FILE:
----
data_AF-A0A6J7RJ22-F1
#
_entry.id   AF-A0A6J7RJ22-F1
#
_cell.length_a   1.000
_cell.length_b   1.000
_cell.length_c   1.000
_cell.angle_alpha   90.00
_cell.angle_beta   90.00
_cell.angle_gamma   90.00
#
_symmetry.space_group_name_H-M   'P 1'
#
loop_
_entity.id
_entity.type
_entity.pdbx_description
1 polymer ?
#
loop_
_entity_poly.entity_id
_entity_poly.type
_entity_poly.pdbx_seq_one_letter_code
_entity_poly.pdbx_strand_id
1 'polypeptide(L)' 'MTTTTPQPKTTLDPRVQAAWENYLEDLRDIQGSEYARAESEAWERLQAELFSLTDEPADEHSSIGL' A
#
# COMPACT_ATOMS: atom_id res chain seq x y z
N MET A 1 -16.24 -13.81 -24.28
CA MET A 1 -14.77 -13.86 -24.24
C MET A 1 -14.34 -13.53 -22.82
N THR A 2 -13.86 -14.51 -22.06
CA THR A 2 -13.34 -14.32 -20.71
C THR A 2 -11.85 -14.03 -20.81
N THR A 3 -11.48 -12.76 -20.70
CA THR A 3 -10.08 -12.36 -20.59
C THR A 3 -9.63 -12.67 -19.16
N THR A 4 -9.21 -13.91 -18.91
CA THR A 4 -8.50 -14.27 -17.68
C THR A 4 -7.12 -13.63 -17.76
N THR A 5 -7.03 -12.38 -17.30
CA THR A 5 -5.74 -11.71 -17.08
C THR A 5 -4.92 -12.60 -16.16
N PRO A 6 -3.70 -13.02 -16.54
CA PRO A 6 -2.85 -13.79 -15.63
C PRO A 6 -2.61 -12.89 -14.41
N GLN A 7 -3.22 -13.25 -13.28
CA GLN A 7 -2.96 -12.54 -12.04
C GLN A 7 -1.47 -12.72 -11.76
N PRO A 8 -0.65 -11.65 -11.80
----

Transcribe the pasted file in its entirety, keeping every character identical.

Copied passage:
data_AF-A0A6J7RJ22-F1
#
_entry.id   AF-A0A6J7RJ22-F1
#
_cell.length_a   1.000
_cell.length_b   1.000
_cell.length_c   1.000
_cell.angle_alpha   90.00
_cell.angle_beta   90.00
_cell.angle_gamma   90.00
#
_symmetry.space_group_name_H-M   'P 1'
#
loop_
_entity.id
_entity.type
_entity.pdbx_description
1 polymer ?
#
loop_
_entity_poly.entity_id
_entity_poly.type
_entity_poly.pdbx_seq_one_letter_code
_entity_poly.pdbx_strand_id
1 'polypeptide(L)' 'MTTTTPQPKTTLDPRVQAAWENYLEDLRDIQGSEYARAESEAWERLQAELFSLTDEPADEHSSIGL' A
#
# COMPACT_ATOMS: atom_id res chain seq x y z
N MET A 1 -16.24 -13.81 -24.28
CA MET A 1 -14.77 -13.86 -24.24
C MET A 1 -14.34 -13.53 -22.82
N THR A 2 -13.86 -14.51 -22.06
CA THR A 2 -13.34 -14.32 -20.71
C THR A 2 -11.85 -14.03 -20.81
N THR A 3 -11.48 -12.76 -20.70
CA THR A 3 -10.08 -12.36 -20.59
C THR A 3 -9.63 -12.67 -19.16
N THR A 4 -9.21 -13.91 -18.91
CA THR A 4 -8.50 -14.27 -17.68
C THR A 4 -7.12 -13.63 -17.76
N THR A 5 -7.03 -12.38 -17.30
CA THR A 5 -5.74 -11.71 -17.08
C THR A 5 -4.92 -12.60 -16.16
N PRO A 6 -3.70 -13.02 -16.54
CA PRO A 6 -2.85 -13.79 -15.63
C PRO A 6 -2.61 -12.89 -14.41
N GLN A 7 -3.22 -13.25 -13.28
CA GLN A 7 -2.96 -12.54 -12.04
C GLN A 7 -1.47 -12.72 -11.76
N PRO A 8 -0.65 -11.65 -11.80